Today I’m taking the time for a solo episode to talk about a few topics that have come to mind as I approach 40-years-old. A few conversations with friends and online interactions have brought inspiration for this episode of talking about how childhood trauma follows a person all the way into their adulthood behaviors.
Reflecting and Reminiscing
As I approach my birthday, I’ve been reminiscing and reflecting on the last and the next 40 years. I recently made a post on Facebook on the signs of high-functioning anxiety. On the outside, a person may appear as hard-working, organized, and someone who can work well under pressure—but beneath the surface, they may be overwhelmed, burnt out, and set unrealistic expectations.
All of this resonated with me greatly. To a stranger, my need to be busy might make me look like a hard worker rather than someone who doesn’t like to sit alone with their thoughts. The age-old adage, “You never know what someone else is going through,” still rings through, especially through the lens of social media.
Acknowledging Trauma-Based Behaviors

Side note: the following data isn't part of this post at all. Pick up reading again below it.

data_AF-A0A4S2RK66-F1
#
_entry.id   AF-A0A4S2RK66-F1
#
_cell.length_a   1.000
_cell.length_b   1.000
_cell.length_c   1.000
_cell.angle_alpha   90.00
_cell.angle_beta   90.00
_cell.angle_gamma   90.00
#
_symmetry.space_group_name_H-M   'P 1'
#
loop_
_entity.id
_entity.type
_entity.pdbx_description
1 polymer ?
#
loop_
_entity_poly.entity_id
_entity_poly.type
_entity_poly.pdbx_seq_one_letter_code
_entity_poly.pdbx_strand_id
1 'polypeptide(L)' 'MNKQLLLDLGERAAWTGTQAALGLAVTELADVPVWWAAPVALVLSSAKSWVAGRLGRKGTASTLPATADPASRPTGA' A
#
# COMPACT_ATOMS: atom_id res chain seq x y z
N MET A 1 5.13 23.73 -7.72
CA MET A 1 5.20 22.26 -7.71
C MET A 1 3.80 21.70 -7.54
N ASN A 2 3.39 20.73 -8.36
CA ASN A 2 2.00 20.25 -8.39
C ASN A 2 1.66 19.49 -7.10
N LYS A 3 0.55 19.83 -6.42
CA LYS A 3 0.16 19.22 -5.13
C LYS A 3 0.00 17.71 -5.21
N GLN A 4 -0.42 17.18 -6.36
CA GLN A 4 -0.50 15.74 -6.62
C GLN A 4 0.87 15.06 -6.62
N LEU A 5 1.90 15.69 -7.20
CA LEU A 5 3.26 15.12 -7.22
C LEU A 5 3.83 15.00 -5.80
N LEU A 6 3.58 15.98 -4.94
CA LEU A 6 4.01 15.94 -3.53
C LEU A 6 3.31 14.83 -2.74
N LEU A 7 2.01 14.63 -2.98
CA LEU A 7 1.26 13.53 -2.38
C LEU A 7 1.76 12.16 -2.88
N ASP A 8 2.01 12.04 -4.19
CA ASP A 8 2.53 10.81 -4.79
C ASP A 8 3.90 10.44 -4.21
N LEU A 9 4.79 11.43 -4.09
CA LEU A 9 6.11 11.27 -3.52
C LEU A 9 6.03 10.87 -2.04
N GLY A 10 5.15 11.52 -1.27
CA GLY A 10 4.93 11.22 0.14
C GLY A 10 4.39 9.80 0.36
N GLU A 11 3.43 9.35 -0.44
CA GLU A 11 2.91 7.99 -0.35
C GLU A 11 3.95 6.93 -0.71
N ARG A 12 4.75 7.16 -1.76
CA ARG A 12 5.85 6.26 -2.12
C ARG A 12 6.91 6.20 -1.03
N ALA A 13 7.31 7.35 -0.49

I recently did a poll asking, “What are some things you don’t realize you’re doing because of childhood trauma?” I found myself resonating with many of the answers and thought it would be helpful to share some of the responses. Childhood trauma can manifest in strange ways, such as attention-seeking behavior or a fight-or-flight mindset.
I, for one, find myself wanting to be recognized and heard. I often catch myself being too much of a people-pleaser or striving for perfection in order to be acknowledged. These were things I learned because of trauma, but there are ways to turn these behaviors into strengths. For example, since I work in hospitality, that people-pleasing thoughtfulness actually has positive impacts on my career. Recognizing trauma-related behaviors is the first step to healing the inner child.
Learning to Be Vulnerable
Having done this soul-searching leading up to my birthday, I think it’s important to say that it is okay to be vulnerable and share your struggles with others. You’re not alone in your suffering, and everyone—myself included—needs to know that it’s okay to have things that still need to be healed. Being a bit more honest with your struggles can, I think, lead to better conversation surrounding childhood trauma across the board.
Listen in to hear more on dealing with the repercussions of trauma as an adult and other ways childhood trauma manifests as unconscious behaviors.
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